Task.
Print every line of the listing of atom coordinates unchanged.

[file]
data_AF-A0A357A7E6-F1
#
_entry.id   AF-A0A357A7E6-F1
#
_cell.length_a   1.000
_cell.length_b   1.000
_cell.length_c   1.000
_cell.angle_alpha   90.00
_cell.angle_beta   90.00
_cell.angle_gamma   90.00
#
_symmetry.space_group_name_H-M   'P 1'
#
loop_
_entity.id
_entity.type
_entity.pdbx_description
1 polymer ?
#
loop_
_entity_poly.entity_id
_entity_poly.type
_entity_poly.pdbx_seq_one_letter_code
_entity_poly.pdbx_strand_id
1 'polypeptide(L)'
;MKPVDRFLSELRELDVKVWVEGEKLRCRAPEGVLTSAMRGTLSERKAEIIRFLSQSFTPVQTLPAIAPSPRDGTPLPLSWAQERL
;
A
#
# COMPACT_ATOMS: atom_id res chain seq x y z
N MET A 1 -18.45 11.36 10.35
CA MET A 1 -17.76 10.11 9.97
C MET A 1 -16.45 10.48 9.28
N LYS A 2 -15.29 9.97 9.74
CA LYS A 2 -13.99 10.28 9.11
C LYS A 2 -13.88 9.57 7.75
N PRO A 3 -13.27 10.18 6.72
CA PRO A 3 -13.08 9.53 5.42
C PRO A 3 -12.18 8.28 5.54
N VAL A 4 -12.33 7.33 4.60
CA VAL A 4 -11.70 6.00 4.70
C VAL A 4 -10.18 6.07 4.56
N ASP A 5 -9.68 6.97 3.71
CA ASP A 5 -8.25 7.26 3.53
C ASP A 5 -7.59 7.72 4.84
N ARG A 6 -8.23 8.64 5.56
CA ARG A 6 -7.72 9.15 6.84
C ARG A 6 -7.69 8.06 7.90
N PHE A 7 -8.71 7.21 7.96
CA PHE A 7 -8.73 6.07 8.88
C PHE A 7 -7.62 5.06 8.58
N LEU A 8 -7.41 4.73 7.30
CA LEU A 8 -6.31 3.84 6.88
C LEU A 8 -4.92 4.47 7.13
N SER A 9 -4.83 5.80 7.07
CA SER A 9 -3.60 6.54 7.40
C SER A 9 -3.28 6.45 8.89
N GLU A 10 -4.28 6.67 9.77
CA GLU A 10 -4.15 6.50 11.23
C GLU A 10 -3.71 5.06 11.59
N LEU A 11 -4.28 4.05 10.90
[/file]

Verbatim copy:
data_AF-A0A357A7E6-F1
#
_entry.id   AF-A0A357A7E6-F1
#
_cell.length_a   1.000
_cell.length_b   1.000
_cell.length_c   1.000
_cell.angle_alpha   90.00
_cell.angle_beta   90.00
_cell.angle_gamma   90.00
#
_symmetry.space_group_name_H-M   'P 1'
#
loop_
_entity.id
_entity.type
_entity.pdbx_description
1 polymer ?
#
loop_
_entity_poly.entity_id
_entity_poly.type
_entity_poly.pdbx_seq_one_letter_code
_entity_poly.pdbx_strand_id
1 'polypeptide(L)'
;MKPVDRFLSELRELDVKVWVEGEKLRCRAPEGVLTSAMRGTLSERKAEIIRFLSQSFTPVQTLPAIAPSPRDGTPLPLSWAQERL
;
A
#
# COMPACT_ATOMS: atom_id res chain seq x y z
N MET A 1 -18.45 11.36 10.35
CA MET A 1 -17.76 10.11 9.97
C MET A 1 -16.45 10.48 9.28
N LYS A 2 -15.29 9.97 9.74
CA LYS A 2 -13.99 10.28 9.11
C LYS A 2 -13.88 9.57 7.75
N PRO A 3 -13.27 10.18 6.72
CA PRO A 3 -13.08 9.53 5.42
C PRO A 3 -12.18 8.28 5.54
N VAL A 4 -12.33 7.33 4.60
CA VAL A 4 -11.70 6.00 4.70
C VAL A 4 -10.18 6.07 4.56
N ASP A 5 -9.68 6.97 3.71
CA ASP A 5 -8.25 7.26 3.53
C ASP A 5 -7.59 7.72 4.84
N ARG A 6 -8.23 8.64 5.56
CA ARG A 6 -7.72 9.15 6.84
C ARG A 6 -7.69 8.06 7.90
N PHE A 7 -8.71 7.21 7.96
CA PHE A 7 -8.73 6.07 8.88
C PHE A 7 -7.62 5.06 8.58
N LEU A 8 -7.41 4.73 7.30
CA LEU A 8 -6.31 3.84 6.88
C LEU A 8 -4.92 4.47 7.13
N SER A 9 -4.83 5.80 7.07
CA SER A 9 -3.60 6.54 7.40
C SER A 9 -3.28 6.45 8.89
N GLU A 10 -4.28 6.67 9.77
CA GLU A 10 -4.15 6.50 11.23
C GLU A 10 -3.71 5.06 11.59
N LEU A 11 -4.28 4.05 10.90